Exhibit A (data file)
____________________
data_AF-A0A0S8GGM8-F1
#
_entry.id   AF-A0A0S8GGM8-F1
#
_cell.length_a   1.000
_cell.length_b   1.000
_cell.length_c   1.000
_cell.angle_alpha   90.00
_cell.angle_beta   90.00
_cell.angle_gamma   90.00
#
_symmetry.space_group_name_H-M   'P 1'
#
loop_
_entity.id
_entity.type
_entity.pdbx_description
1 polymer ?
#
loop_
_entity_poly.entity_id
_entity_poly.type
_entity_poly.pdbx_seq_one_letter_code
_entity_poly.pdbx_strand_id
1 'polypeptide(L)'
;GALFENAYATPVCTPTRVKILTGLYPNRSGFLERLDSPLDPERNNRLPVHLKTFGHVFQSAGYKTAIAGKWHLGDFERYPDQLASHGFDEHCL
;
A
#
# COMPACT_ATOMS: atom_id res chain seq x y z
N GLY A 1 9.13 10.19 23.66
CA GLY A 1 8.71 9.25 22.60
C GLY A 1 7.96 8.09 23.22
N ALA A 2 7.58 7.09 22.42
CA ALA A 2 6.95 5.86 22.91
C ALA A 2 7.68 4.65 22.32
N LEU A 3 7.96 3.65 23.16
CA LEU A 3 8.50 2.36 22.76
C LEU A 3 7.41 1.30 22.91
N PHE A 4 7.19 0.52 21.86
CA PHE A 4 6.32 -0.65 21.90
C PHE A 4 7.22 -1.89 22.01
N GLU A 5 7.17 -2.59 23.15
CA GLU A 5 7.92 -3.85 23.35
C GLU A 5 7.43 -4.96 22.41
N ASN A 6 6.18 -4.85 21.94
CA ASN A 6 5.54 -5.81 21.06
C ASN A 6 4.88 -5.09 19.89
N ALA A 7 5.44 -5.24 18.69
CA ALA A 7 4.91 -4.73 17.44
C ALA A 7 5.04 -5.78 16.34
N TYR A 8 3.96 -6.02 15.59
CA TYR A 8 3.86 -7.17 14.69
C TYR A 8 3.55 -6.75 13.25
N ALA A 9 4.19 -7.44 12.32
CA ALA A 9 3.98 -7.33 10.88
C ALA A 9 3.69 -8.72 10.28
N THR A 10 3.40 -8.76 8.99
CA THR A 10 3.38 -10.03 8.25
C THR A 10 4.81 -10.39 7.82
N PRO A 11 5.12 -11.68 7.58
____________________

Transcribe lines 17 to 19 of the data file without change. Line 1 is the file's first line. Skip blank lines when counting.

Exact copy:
_entity.pdbx_description
1 polymer ?
#